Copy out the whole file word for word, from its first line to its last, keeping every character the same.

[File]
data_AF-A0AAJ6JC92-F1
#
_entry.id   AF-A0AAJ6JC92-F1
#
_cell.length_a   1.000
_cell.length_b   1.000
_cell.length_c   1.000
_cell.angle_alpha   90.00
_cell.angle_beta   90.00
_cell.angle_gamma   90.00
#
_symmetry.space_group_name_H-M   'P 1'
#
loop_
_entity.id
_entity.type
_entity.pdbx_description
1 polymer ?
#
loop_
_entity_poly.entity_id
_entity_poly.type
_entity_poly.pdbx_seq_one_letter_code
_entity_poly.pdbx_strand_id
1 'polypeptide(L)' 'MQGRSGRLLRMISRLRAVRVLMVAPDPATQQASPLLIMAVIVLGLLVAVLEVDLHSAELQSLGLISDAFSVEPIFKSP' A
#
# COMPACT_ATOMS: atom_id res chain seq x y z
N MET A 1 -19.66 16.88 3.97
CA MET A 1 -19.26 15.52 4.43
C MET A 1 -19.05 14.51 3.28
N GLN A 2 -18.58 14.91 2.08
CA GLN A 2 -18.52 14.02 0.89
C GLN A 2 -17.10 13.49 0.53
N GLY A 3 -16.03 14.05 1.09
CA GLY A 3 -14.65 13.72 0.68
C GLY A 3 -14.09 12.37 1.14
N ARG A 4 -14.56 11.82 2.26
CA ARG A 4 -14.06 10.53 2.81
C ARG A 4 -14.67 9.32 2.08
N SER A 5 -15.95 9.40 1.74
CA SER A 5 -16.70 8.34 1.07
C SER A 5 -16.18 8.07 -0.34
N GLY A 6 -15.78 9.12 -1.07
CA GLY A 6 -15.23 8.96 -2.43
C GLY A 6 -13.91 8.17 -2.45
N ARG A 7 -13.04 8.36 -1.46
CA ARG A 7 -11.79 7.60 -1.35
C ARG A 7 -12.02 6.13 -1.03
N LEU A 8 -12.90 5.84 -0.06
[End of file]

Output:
data_AF-A0AAJ6JC92-F1
#
_entry.id   AF-A0AAJ6JC92-F1
#
_cell.length_a   1.000
_cell.length_b   1.000
_cell.length_c   1.000
_cell.angle_alpha   90.00
_cell.angle_beta   90.00
_cell.angle_gamma   90.00
#
_symmetry.space_group_name_H-M   'P 1'
#
loop_
_entity.id
_entity.type
_entity.pdbx_description
1 polymer ?
#
loop_
_entity_poly.entity_id
_entity_poly.type
_entity_poly.pdbx_seq_one_letter_code
_entity_poly.pdbx_strand_id
1 'polypeptide(L)' 'MQGRSGRLLRMISRLRAVRVLMVAPDPATQQASPLLIMAVIVLGLLVAVLEVDLHSAELQSLGLISDAFSVEPIFKSP' A
#
# COMPACT_ATOMS: atom_id res chain seq x y z
N MET A 1 -19.66 16.88 3.97
CA MET A 1 -19.26 15.52 4.43
C MET A 1 -19.05 14.51 3.28
N GLN A 2 -18.58 14.91 2.08
CA GLN A 2 -18.52 14.02 0.89
C GLN A 2 -17.10 13.49 0.53
N GLY A 3 -16.03 14.05 1.09
CA GLY A 3 -14.65 13.72 0.68
C GLY A 3 -14.09 12.37 1.14
N ARG A 4 -14.56 11.82 2.26
CA ARG A 4 -14.06 10.53 2.81
C ARG A 4 -14.67 9.32 2.08
N SER A 5 -15.95 9.40 1.74
CA SER A 5 -16.70 8.34 1.07
C SER A 5 -16.18 8.07 -0.34
N GLY A 6 -15.78 9.12 -1.07
CA GLY A 6 -15.23 8.96 -2.43
C GLY A 6 -13.91 8.17 -2.45
N ARG A 7 -13.04 8.36 -1.46
CA ARG A 7 -11.79 7.60 -1.35
C ARG A 7 -12.02 6.13 -1.03
N LEU A 8 -12.90 5.84 -0.06